CM: OK, well I'll have to charge him more next time!! Seriously though, there's very good value in the tubing. I'm somewhat happy to hear him say that, but maybe we should've been charging more for it. There are parts of the True Temper line I'd agree with him, a lot of the standard 4130 tubing that builders use, those are great value and I think that's why a lot of builders end up using a lot of it. But there are some pricier tubes that I hear people complain the opposite way. To agree with him, there is room to increase, for sure

PS: Are they done with this? What's your feeling about the mood there?

CM: It's purely a strategic and financial move on their part. Like I've mentioned before, they're a golf company and they happen to make bicycle tubing and some other products. When they own 95 percent of the steel golf shaft business... when golf is going well, nothing else really matters because golf foots the bill for everything, but with the downturn in golf over the past three to five years, It's definitely had an impact on what they've done as a company. They start looking at other areas of the business and look to do new things. They're looking to make the Amory, Mississippi, plant, which is where the True Temper bicycle tubing comes out of, exclusively golf, but they're branching into marketing lacrosse and hockey. So the decision there was purely that bicycling didn't fit into their strategy from a variety of areas, so yes they will walk away from the bicycle business and I wouldn't expect them to be back in it.

PS: But hasn't anybody told them cycling is the new golf?

CM: The decision they've made isn't based on current sales. If it were, they'd stay in it. They've seen, like we've seen, our business and the True Temper bicycle business grow each of the past, I've been involved, for the past seven-plus years. And each year our business and the True Temper business has grown. So it's not for lack of sales, it's not for lack of trying, it's just that their plans have changed. If you look at it: "boy I'm going to put my eggs into the golf basket or the bicycle basket," you'd put it into bicycle. But for them golf is everything and bicycle is just a small dot on their spreadsheet. The volume they run through a plant, to keep a plant (of theirs) going, we could double, triple, quadruple sales and it still wouldn't keep that plant going. Golf is what makes things tick there, so...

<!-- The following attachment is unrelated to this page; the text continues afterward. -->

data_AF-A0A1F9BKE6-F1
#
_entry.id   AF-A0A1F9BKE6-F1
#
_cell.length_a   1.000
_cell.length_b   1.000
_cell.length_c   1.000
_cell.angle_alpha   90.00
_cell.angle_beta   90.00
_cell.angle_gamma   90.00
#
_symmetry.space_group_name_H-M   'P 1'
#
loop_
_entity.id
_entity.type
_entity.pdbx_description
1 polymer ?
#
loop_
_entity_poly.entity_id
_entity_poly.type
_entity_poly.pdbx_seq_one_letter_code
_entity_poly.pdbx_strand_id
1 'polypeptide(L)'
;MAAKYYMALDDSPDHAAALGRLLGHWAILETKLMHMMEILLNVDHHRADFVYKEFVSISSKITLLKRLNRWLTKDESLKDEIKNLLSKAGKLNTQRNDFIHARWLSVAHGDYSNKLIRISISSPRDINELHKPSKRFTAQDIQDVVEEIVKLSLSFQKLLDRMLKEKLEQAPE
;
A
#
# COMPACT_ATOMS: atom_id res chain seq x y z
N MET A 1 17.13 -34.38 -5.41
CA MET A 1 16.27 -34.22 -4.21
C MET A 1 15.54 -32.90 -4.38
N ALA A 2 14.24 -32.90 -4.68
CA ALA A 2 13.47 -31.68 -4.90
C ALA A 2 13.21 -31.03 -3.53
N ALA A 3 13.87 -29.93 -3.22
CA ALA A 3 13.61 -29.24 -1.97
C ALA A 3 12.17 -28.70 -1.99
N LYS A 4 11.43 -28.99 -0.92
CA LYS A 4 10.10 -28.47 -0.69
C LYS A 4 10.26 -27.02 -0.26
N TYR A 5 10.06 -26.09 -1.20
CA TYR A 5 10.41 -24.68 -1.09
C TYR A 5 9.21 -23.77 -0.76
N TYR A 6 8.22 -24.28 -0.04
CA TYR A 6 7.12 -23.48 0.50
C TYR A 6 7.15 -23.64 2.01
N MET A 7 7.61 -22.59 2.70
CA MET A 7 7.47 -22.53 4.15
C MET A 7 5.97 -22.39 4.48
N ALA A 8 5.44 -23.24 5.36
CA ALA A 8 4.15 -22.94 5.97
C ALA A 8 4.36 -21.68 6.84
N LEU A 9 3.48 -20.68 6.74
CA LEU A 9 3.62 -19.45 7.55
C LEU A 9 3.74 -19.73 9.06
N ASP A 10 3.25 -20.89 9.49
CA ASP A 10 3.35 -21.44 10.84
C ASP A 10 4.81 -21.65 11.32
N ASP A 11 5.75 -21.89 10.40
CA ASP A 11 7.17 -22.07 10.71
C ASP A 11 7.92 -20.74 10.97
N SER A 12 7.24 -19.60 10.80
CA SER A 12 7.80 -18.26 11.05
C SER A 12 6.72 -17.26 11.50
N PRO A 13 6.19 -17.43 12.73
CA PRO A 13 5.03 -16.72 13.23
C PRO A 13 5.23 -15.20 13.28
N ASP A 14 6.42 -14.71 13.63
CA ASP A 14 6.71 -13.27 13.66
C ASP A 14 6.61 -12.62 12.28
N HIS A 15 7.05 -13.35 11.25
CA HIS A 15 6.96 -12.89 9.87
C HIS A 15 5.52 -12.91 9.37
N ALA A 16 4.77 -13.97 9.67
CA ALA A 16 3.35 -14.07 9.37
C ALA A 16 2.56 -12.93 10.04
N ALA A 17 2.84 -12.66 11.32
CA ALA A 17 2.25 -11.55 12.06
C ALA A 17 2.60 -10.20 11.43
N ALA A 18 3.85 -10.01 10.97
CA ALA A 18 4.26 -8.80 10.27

PS: Referring again to my conversation with Paul Sadoff, he was talking about Easton leaving the cycling market five or six years ago (taking with it a supply of aluminum tubing). A company thought they'd be able to fill the gap, and at the time we all thought it would work out, but he hasn't heard from them in years. Are you optimistic about getting something going to begin filling the gap?

CM: I'd say the biggest challenge for tube manufacturing in this industry and trying to produce something here domestically is it's still a small number. It's not a huge segment of the bicycle industry, so volumes are relatively low. You need to find a supplier who has some passion for cycling and the willingness to stick out some of the slower production times. With any manufacturing plant, they're looking to fill production space and have a plant run efficiently, meaning each month they're not looking at one million feet going through the plant one month and one hundred thousand the next month. They want to keep it consistent. That's the tricky part with dealing with steel bicycle tubing. It's still relatively small. Let's look at a steel tubing mill operating in automotive or aerospace, they can run more footage of tubing in a week than they may run in a whole year for (custom) bicycle tubing, so that's where it's going to be a challenge. Fortunately we've had a relationship with another plant that has always been telling us when or if the day ever comes where you need more production, or you need us to produce a specific tubing, we'd love to work with you. That's where we are now in our discussions. We've had some sample tubes made, but we haven't got to the point of figuring out if it's financially feasible for all parties involved. That's the tricky part: finding somebody who'll produce in smaller quantities and giving us the pricing we'd need to make it work.